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Why are Christians so angry? Where is the love?

I have been a Christian now for 50 years and I still can’t get over the fact that so many fellow believers in the West appear to be so angry.

Dan Wooding on the Cover of Guideposts when he wrote of his anger towards other Christians

We read the words of Jesus in John 13:35 (New King James Version), who said, “By this all will know that you are My disciples, if you have love for one another.”

But where is the love in these times? Almost daily, I receive hateful e-mails that are forwarded to me attacking other Christians, the President, and a plethora of other things. Most are Urban Legends that have not been checked, but they still get sent.

A cottage industry has sprung up on the Internet of individuals and groups that spend most of their time in an attack mode. I call it the “Wild, Wild West of the Blogosphere.”

And even if you tune into some of the Christian radio stations here in America — fortunately only a few — you will often hear talk-show hosts venting on all kinds of topics that they suppose are threatening believers, rather than building up the flock with a message of love and joy.

I often have to remind my friends here in the United States that they live in a wonderful country that has more freedom than any other place on earth and if they were to visit countries like Saudi Arabia or North Korea, they would soon learn to appreciate and value what we have here instead of complaining so much.

So come on, fellow colleagues, let’s have less anger and a lot more joy.

I am not sure what non-Christians make of all this rage that is being spread far and wide by people who claim name the name of Christ.

I have to admit that in my early days as a believer, I too, was guilty of great anger. I remember when my first book was about to be published, a group of Christian businessmen and pastors in Birmingham, England, threatened to sue me for something I wrote in the book. Fortunately, the publisher stood by me and they withdrew their unscriptural threat against a fellow Christian.

Staff at the Christian

Then, back in the late sixties, after a year of working for The Christian, Billy Graham’s British newspaper, the whole staff was fired and we were all put out on the streets. We got two weeks’ wages in severance and I had a wife and two sons to support.

If that wasn’t enough, a Christian musician asked me to write his life story and then, after six months of hard work, he decided he didn’t want the book published and refused to pay me a penny for my work. (I later wrote to him and apologized for my bad feelings towards him. He accepted my apology, but still didn’t pay me.)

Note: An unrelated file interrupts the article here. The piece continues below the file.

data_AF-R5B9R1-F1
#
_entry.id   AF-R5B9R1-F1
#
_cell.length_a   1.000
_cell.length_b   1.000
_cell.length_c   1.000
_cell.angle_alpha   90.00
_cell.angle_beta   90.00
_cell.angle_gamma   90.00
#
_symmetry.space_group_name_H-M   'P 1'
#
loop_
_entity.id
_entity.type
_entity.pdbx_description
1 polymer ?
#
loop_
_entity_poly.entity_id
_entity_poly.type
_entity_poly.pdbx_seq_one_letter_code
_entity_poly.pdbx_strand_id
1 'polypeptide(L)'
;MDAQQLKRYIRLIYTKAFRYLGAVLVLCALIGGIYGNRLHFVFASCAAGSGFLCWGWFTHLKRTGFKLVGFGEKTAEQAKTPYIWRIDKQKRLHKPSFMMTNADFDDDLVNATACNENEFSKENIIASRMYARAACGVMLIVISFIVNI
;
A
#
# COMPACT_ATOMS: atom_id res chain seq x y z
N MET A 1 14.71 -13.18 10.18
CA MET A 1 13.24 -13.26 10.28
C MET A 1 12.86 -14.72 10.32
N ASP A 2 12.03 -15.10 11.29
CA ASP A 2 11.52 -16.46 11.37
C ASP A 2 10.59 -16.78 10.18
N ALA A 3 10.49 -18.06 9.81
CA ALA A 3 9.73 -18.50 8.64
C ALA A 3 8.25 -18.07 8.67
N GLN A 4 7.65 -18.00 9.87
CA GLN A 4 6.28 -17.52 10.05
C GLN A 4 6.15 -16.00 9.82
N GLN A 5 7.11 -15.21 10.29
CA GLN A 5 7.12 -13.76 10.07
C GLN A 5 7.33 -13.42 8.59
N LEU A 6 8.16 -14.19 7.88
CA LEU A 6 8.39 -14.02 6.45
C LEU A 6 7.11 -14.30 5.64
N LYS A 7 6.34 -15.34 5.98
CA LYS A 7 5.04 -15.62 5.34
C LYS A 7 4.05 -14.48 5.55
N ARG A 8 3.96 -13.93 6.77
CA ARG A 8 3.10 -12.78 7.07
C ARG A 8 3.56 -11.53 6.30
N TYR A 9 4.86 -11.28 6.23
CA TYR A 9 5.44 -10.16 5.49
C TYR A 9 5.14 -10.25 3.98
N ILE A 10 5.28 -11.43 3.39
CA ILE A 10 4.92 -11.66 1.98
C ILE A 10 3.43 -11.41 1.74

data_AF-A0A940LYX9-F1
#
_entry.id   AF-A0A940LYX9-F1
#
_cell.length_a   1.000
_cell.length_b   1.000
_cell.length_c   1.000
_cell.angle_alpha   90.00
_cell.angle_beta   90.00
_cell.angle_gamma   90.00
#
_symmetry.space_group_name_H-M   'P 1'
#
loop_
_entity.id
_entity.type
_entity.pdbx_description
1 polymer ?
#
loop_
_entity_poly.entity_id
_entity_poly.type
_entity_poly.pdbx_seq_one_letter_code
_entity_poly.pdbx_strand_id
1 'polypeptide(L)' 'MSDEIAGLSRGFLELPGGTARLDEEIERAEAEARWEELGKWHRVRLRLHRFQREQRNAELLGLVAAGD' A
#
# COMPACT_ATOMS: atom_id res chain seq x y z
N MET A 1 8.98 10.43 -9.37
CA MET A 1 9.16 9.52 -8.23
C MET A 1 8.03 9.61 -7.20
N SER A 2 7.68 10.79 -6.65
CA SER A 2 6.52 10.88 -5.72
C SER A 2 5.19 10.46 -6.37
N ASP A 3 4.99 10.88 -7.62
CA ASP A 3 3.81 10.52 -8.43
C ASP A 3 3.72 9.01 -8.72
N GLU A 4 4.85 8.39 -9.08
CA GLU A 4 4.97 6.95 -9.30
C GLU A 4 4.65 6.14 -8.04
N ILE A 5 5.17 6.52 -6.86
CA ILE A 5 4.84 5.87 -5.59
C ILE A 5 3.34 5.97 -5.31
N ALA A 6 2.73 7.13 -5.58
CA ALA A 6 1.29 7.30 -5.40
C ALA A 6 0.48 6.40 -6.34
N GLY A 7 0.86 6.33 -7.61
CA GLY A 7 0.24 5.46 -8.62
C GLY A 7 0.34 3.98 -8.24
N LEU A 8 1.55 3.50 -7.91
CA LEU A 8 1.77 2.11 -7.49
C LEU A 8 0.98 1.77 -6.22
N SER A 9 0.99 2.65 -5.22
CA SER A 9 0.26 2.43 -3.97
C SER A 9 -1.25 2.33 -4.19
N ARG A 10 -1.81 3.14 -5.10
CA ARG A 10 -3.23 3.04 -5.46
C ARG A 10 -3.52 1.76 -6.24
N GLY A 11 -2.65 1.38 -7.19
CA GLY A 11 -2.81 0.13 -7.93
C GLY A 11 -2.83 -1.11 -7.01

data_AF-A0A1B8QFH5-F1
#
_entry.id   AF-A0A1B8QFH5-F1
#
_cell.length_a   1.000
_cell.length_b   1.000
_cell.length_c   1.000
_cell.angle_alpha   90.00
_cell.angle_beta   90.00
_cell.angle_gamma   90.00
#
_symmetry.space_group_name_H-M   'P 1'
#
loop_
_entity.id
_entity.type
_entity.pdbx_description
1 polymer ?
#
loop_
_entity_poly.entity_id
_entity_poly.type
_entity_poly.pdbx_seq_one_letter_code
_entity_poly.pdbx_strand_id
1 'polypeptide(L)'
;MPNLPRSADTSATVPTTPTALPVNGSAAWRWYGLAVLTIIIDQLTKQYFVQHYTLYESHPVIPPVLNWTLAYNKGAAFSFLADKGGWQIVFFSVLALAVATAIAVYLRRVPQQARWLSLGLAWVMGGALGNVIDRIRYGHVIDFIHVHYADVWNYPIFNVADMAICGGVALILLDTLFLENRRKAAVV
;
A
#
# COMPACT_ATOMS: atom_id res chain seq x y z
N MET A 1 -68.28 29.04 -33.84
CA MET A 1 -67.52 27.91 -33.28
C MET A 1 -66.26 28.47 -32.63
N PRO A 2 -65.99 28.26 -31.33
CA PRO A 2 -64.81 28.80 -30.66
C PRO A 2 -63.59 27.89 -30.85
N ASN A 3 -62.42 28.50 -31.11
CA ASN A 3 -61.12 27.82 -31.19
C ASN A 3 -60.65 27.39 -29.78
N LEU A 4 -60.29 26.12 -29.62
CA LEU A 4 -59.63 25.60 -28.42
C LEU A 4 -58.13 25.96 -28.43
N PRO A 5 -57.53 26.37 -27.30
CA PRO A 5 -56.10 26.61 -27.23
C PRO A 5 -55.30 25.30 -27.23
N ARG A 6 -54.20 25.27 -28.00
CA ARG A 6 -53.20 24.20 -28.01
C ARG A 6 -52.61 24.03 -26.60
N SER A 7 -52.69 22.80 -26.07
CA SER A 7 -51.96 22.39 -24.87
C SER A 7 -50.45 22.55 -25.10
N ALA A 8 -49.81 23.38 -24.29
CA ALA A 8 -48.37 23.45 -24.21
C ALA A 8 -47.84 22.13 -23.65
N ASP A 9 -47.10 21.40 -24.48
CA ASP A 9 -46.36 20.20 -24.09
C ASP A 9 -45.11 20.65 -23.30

There were many more bad incidents that are too numerous to recount here, that were done to me by so-called believers who caused me so much anguish that I eventually lost my faith and went after some of their via the large circulation newspaper I worked for at the time and caused them great pain.

But then it all changed when, in a drunken stupor in the Stab-in-the-Back pub just off Fleet Street in London, I was led back to a faith in Christ by a wonderful Irish-Canadian called Ray Barnett, who then asked me to work with him on a book called “Uganda Holocaust”, which was to be about the courageous Christians who survived Idi Amin’s reign of terror during which some 300,000 of their fellow believers were murdered.

Dan Wooding and Ray Barnett with soldiers in
Uganda while they were researching their book

While in Uganda, I met some of the most loving Christians I have ever met and not one of them showed any anger towards Amin for what he did. In fact, they told me they were praying that he would find Christ.

When I got back to England, I contacted many of those people that I felt had done me wrong and apologized to them. I even wrote up this story for Guideposts magazine and it was used as their cover story (see above picture).

As soon as I did this, the anger went away and I realized that it had been harming me far more than the people I had directed my anger at.

I soon began a campaign to help persecuted Christians around the world, none of who showed any anger about their situation, but instead felt it was an honor to serve the Lord through their suffering. They don’t waste their precious time attacking others, but spend it instead sharing their faith, even though it could cost them their very lives. What a difference for much of what passes for Christianity in the Western Church.

I have been deeply affected with what Jesus told his disciples; that other people would know that they were His disciples because of their love for one another (John 13:35). He was telling them about the main characteristic of a true Christian and I knew that I had been using the perceived faults of others as an excuse for my bad behavior.

So I am hoping that those of you who read this will also examine yourself and your anger and stop this constant barrage of hate messages via e-mail and on the many web sites. I know from first-hand experience, that this kind of behavior eats away at your faith, joy, and spiritual walk.

The Apostle Paul, writing in Galatians 5:22-23 (New King James Version) said, “But the fruit of the Spirit is love, joy, peace, longsuffering, kindness, goodness, faithfulness, gentleness, self-control. Against such there is no law.”

Why not give it a try before you go to bed tonight? Apologize to those who you believe have harmed you. Let go of your anger towards them, and then you too, will begin to experience what the Apostle Paul was talking about.

You have nothing to lose – but your anger.

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